1 Tools and Commands Reference
The JDK tools and their commands enable developers to handle development tasks such as compiling and running a program, packaging source files into a Java Archive (JAR) file, applying security policies to a JAR file, and more.
The tools and commands reference topic lists and describes the Java Development Kit (JDK) tools. They’re grouped into the following sections based on the related functions that they perform. Details about the tools and the commands that you use to run them are contained in the corresponding sections of this guide.
The following foundation tools and commands let you create and build applications:
javac: You can use the
javactool and its options to read Java class and interface definitions and compile them into bytecode and class files.
javap: You use the
javapcommand to disassemble one or more class files.
javadoc: You use the
javadoctool and its options to generate HTML pages of API documentation from Java source files.
java: You can use the
javacommand to launch a Java application.
jar: You can use the
jarcommand to create an archive for classes and resources, and to manipulate or restore individual classes or resources from an archive.
jlink: You can use the
jlinktool to assemble and optimize a set of modules and their dependencies into a custom runtime image.
jmod: You use the
jmodtool to create JMOD files and list the content of existing JMOD files.
jdeps: You use the
jdepscommand to launch the Java class dependency analyzer.
jdeprscan: You use the
jdeprscantool as a static analysis tool that scans a jar file (or some other aggregation of class files) for uses of deprecated API elements.
The following tool gives you an interactive environment for trying out the Java language:
jshell: You use the
jshelltool to interactively evaluate declarations, statements, and expressions of the Java programming language in a read-eval-print loop (REPL).
The following security tools set security policies on your system and create applications that can work within the scope of security policies set at remote sites:
keytool: You use the
keytoolcommand and options to manage a keystore (database) of cryptographic keys, X.509 certificate chains, and trusted certificates.
jarsigner: You use the
jarsignertool to sign and verify Java Archive (JAR) files.
The following tools obtain, list, and manage Kerberos tickets on Windows:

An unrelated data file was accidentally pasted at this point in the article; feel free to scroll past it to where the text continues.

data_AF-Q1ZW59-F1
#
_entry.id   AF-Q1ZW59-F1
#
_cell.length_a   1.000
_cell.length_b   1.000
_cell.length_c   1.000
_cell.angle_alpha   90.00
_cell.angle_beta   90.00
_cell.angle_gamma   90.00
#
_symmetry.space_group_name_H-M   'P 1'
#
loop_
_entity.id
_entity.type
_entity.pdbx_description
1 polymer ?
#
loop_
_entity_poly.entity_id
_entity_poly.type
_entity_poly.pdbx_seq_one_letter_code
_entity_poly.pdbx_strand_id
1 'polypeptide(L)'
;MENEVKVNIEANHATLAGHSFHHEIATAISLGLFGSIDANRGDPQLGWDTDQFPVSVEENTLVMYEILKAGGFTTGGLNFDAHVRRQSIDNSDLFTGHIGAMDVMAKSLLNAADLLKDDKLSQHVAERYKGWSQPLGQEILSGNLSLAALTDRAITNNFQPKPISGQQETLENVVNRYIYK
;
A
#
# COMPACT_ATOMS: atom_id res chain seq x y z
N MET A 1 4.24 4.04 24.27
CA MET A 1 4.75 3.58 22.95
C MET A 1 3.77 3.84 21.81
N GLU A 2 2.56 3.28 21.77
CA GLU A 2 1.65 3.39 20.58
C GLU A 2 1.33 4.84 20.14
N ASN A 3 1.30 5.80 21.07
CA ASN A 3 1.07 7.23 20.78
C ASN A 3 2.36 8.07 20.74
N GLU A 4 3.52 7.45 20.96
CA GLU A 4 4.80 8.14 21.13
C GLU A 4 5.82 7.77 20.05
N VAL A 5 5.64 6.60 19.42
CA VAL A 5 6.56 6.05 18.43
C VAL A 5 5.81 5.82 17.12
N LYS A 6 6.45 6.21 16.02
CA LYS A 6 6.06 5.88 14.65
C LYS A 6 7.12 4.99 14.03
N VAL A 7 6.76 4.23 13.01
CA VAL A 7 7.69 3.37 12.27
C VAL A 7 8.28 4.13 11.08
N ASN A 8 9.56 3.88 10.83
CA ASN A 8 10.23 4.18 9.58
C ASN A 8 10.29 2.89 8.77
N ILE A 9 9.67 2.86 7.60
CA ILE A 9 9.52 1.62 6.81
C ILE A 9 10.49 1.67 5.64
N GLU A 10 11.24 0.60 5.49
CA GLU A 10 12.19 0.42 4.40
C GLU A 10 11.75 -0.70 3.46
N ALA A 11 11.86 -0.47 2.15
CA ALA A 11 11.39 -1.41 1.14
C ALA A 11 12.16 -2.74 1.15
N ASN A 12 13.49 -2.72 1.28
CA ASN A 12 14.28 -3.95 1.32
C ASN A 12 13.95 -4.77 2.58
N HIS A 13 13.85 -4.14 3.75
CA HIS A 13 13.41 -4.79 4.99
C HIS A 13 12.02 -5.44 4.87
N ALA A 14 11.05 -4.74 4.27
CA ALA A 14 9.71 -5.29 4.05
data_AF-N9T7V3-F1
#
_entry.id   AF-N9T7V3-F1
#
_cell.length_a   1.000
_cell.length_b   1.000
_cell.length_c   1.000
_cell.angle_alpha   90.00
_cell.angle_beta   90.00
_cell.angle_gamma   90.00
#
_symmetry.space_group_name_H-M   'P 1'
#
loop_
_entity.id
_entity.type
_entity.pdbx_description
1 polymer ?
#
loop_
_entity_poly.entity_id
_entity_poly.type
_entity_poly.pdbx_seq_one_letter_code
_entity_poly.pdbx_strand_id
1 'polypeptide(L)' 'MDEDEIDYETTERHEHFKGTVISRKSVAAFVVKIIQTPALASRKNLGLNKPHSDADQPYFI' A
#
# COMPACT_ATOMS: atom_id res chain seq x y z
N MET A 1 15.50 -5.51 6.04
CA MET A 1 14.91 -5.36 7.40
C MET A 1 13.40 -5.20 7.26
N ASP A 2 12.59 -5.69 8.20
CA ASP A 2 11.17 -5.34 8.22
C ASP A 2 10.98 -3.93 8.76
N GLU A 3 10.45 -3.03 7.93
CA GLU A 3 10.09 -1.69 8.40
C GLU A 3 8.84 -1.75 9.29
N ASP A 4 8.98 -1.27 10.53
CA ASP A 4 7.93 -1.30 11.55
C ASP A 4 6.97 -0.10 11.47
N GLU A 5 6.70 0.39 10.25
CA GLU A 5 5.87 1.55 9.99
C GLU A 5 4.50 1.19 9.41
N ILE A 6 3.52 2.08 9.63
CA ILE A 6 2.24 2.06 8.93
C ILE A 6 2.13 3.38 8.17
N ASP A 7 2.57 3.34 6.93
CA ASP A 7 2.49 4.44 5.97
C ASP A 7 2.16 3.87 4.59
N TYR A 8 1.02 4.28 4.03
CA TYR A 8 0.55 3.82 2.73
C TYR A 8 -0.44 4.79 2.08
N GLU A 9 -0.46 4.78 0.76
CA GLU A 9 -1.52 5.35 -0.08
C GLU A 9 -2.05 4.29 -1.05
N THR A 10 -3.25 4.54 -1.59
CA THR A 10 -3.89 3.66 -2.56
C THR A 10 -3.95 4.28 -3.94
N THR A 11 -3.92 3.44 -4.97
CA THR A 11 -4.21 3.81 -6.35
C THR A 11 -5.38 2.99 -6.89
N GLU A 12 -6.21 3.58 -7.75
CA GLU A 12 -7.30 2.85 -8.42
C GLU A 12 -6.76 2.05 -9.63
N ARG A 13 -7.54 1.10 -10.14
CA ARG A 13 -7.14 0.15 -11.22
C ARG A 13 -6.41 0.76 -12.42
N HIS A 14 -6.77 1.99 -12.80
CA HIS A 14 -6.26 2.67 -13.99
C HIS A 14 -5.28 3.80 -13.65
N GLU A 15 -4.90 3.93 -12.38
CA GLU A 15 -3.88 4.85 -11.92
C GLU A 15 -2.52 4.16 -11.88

kinit: You use the
kinittool and its options to obtain and cache Kerberos ticket-granting tickets.
klist: You use the
klisttool to display the entries in the local credentials cache and key table.
ktab: You use the
ktabtool to manage the principal names and service keys stored in a local key table.
Remote Method Invocation (RMI) Tools
The following tools enable creating applications that interact over the Web or other network:
rmic: You use the
rmiccompiler to generate stub and skeleton class files using the Java Remote Method Protocol (JRMP).
rmiregistry: You use the
rmiregistrycommand on UNIX-based systems to create and start a remote object registry on the specified port on the current host.
rmid: You use the
rmidcommand to start the activation system daemon that enables objects to be registered and activated in a Java Virtual Machine (JVM).
serialver: You use the
serialvercommand to return the
serialVersionUIDfor one or more classes in a form suitable for copying into an evolving class.
Java Deployment Tools
The following utilities let you deploy Java applications:
pack 200 and
unpack200 have been deprecated and might be removed in a future JDK release.
The following tools let you monitor performance statistics:
jconsole: You use the
jconsolecommand to start a graphical console to monitor and manage Java applications.
The following experimental tools are unsupported and should be used with that understanding. They may not be available in future JDK versions.
Java Accessibility Utilities
The following utilities let you check the accessibility of Java objects:
jaccessinspector: You use
jaccessinspectorto examine accessible information about objects in the Java Virtual Machine that use the Java Accessibility Utilities API.
jaccesswalker: You use
jaccesswalkerto navigate through the component trees in a particular Java Virtual Machine and presents the hierarchy in a tree view.
The following tools let you perform specific troubleshooting tasks:
jcmd: You use the
jcmdutility to send diagnostic command requests to a running Java Virtual Machine (JVM).
jdb: You use the
jdbcommand and its options to find and fix bugs in Java platform programs.
jhsdb: You use the
jhsdbtool to attach to a Java process or to a core dump from a crashed Java Virtual Machine (JVM).
The following experimental tools are unsupported and should be used with that understanding. They may not be available in future JDK versions. Some of these tools aren’t currently available on Windows platforms.
jinfo: Experimental You use the
jinfocommand to generate Java configuration information for a specified Java process. This command is experimental and unsupported. For core files use
jmap: Experimental You use the
jmapcommand to print details of a specified process. This command is experimental and unsupported. For core files use
jstack: Experimental You use the
jstackcommand to print Java stack traces of Java threads for a specified Java process. This command is experimental and unsupported. For core files use
The following tools let you run scripts that interact with the Java platform:
jjs tool have been deprecated and might be removed in a future JDK release.
jjs: You use the
jjscommand-line tool to invoke the Nashorn engine.
The following experimental tool is unsupported and should be used with that understanding. It may not be available in future JDK versions.
jrunscript: Experimental You use the
jrunscriptcommand to run a command-line script shell that supports interactive and batch modes.